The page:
KENDRA’S BELIEVE IT OR DON’T
“What Can It All Mean?”
Thirty Days to a More Avataric Vocabulary
The Discourses of Meher Baba are well known among discerning spiritual aspirants for the profound depths of wisdom, inspiration, and guidance that they offer. In the mad pursuit of Truth and Realization, however, few stop to observe that this masterwork of the Avatar of the Age is also a source of many unusual, interesting, or impressive words that we might study in order to expand our vocabulary to Avataric proportions. Let us consider a few examples.
1. Surrenderance. Example: “The last surrender is the only complete surrenderance” (p. 257). This unusual word is noted in the editors’ foreword to the revised 1987 edition of the Discourses: “The word surrenderance is used throughout the text as a variant of surrender, but it does not appear in any major dictionary. The question of course arose whether it should be retained or not, as it did not ‘officially’ exist. An inquiry to Merriam-Webster Inc. produced a delightful reply: Although there was lack of evidence that surrenderance had ever been used anywhere else, it need not be regarded as a nonword and should be judged on its own merits. Since Meher Baba had actually spelled out this word on His alphabet board, it was felt that surrenderance certainly merited retention.”
2. Vitiated, vitiation. Example: “Falsehoods that arise due to irregular thinking are less harmful than those that arise from vitiated thinking” (p. 380). Did you have to look this one up? “Vitiate” means “to make faulty or defective, often by the addition of something that impairs; to debase in moral or aesthetic status; to make ineffective or weak.” (In the case of vitiated thinking or the “vitiation of the intellect,” it is desires and attachments that debase the intellectual activity, according to Baba.) I like the way it feels to say this word—it’s almost as tasty as “vichyssoise.” Baba speaks several times of “vitiation of the intellect.”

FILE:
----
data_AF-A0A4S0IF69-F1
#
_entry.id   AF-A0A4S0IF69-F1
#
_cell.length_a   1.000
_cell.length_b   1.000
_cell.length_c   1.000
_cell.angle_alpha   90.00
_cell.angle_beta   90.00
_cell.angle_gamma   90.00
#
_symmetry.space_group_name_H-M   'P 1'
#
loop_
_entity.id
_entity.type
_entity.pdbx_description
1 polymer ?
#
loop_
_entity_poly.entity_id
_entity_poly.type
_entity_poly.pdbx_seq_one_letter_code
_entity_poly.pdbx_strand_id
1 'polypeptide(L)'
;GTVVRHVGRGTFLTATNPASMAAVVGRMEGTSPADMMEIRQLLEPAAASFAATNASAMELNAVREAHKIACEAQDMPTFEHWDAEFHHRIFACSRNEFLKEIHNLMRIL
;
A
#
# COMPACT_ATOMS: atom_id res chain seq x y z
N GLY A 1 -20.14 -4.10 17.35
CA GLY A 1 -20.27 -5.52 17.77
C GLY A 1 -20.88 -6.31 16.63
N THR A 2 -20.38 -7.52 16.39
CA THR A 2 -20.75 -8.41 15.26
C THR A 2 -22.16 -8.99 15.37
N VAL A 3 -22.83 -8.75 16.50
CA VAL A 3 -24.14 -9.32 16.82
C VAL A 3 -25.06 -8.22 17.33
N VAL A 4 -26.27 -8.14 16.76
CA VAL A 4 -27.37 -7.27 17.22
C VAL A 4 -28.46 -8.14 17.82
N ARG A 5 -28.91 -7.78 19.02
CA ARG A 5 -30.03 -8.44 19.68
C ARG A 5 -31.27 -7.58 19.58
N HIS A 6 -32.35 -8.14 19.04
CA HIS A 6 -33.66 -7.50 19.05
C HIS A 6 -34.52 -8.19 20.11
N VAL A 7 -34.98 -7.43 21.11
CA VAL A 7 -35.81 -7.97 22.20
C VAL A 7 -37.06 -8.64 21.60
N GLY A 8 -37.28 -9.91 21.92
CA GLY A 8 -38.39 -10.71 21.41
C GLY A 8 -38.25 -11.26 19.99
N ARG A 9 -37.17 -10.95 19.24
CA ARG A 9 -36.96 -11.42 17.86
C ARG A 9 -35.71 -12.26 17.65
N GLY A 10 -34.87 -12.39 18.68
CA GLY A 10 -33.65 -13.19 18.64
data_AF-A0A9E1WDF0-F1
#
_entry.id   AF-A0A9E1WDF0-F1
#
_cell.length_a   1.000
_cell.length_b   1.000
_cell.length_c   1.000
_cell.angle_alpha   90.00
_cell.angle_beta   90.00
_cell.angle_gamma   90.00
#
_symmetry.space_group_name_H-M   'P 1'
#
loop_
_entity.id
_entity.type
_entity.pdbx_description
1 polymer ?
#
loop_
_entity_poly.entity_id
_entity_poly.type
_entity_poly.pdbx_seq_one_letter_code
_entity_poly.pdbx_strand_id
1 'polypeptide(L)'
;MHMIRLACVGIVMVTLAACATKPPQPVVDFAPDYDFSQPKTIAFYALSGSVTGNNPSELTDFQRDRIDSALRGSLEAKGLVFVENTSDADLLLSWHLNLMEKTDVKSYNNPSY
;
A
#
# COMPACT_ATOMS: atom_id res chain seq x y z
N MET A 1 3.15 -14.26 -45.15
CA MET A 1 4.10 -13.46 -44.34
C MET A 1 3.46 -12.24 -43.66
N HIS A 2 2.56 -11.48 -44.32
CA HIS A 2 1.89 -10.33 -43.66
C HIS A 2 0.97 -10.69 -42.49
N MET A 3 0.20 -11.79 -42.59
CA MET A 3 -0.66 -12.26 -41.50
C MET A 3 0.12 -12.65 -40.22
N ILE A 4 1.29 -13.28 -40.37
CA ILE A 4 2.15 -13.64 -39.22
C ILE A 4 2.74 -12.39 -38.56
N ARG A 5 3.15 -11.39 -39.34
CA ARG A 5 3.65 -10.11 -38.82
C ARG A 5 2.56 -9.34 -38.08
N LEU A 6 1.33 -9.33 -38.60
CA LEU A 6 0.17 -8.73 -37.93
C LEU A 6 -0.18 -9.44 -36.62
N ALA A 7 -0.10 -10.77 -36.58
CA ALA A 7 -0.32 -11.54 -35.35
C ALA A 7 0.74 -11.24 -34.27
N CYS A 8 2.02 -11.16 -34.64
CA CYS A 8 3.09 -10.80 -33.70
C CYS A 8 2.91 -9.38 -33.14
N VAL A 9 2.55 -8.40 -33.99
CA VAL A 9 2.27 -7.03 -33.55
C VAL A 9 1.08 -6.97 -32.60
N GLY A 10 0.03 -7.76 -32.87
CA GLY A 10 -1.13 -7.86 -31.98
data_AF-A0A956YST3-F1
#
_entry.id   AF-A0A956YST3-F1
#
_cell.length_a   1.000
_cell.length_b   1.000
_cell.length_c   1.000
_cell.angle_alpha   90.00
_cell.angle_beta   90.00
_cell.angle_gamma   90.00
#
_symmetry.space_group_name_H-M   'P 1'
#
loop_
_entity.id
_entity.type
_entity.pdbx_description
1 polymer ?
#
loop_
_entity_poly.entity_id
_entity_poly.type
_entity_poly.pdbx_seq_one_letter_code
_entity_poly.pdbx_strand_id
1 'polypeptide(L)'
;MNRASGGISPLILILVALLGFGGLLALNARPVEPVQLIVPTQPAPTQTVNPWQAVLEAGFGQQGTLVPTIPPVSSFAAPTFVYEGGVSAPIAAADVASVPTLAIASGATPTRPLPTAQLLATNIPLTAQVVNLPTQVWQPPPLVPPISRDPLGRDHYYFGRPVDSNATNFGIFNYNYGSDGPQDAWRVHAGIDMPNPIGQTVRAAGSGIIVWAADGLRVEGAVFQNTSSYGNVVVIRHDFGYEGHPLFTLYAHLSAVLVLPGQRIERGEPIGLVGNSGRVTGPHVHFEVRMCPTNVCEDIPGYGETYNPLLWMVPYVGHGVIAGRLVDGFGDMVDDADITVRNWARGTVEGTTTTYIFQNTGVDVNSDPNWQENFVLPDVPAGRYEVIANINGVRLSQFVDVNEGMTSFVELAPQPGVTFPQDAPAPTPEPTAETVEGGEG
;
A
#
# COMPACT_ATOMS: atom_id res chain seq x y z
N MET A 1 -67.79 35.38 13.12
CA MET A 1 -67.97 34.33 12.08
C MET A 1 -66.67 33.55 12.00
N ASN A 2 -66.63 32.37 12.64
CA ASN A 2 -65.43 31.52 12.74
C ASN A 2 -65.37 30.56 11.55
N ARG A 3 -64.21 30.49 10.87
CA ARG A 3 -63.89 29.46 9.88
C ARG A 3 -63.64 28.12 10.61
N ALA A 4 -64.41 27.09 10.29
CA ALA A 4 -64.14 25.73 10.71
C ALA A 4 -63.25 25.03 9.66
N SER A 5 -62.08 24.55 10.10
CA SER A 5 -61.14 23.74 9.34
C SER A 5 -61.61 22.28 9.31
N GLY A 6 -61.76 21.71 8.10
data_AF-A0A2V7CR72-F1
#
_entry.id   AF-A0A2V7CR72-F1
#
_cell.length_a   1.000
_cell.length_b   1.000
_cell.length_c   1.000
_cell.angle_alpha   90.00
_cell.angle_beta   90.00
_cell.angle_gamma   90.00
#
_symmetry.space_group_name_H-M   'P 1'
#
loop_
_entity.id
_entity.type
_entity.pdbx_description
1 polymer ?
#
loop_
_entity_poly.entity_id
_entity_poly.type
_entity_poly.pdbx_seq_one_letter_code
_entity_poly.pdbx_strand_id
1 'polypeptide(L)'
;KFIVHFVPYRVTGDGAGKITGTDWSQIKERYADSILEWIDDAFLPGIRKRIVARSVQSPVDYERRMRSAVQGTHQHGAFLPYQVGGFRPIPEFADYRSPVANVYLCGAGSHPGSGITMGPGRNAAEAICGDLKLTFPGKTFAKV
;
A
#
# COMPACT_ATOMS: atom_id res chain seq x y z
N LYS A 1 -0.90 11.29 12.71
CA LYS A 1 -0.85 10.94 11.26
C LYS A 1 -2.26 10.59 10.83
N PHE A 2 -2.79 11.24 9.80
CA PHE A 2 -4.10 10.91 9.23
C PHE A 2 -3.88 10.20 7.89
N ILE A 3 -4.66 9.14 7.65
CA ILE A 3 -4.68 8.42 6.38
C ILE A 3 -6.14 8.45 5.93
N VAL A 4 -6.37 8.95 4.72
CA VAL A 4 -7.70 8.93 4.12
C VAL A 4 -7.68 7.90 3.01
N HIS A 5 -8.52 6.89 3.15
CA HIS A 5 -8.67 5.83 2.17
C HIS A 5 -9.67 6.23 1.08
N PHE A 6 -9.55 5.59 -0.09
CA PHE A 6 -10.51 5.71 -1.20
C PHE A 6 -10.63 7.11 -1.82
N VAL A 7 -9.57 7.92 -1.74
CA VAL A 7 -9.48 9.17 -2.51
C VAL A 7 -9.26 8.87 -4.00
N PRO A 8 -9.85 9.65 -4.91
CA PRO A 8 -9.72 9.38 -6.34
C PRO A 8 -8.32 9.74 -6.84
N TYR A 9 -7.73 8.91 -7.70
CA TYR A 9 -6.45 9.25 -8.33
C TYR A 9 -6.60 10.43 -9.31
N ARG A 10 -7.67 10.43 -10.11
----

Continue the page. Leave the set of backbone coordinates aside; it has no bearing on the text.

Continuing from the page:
3. Vicissitudes, as in “the incapacity to adjust oneself to the ever-changing and multitudinous vicissitudes of life” (p. 80) Another nice V-word. Vicissitudes are difficulties or hardships beyond one’s control; the word also implies the state of changeability. This word trips nicely off the tongue and goes especially well with “multitudinous” here, don’t you think? For extra impact, try the adjective form, “vicissitudinous,” on your friends.
4. Unrelieved. This isn’t a word you’d need to look up, but it is notable for its frequent appearance in the Discourses. A few examples: “unrelieved despair” (p. 8), “unrelieved self-forgetfulness” (139), “unrelieved struggle” (142), “unrelieved monotony” (203), “unrelieved ignorance” (241), “unrelieved uniformity” (258), “unrelieved hatred” (298). The adjective “unrelieved” should be used with a noun that connotes something negative.
5. Last but not least: abecedarian. In
Some of these delightful words might even become part of a kind of code language whereby BLs could secretly identify themselves to one another by casually dropping certain key words and phrases into their conversation--words that are not often used by others. “Drop soul.” “Backbiting.” “More and more and still yet more.” “Hopeless and helpless.”. . . “Unrelieved.”
6. Another of my favorites, though I don't know if it was ever used by Baba himself is Quietude (from signs at the Barn and Baba’s House at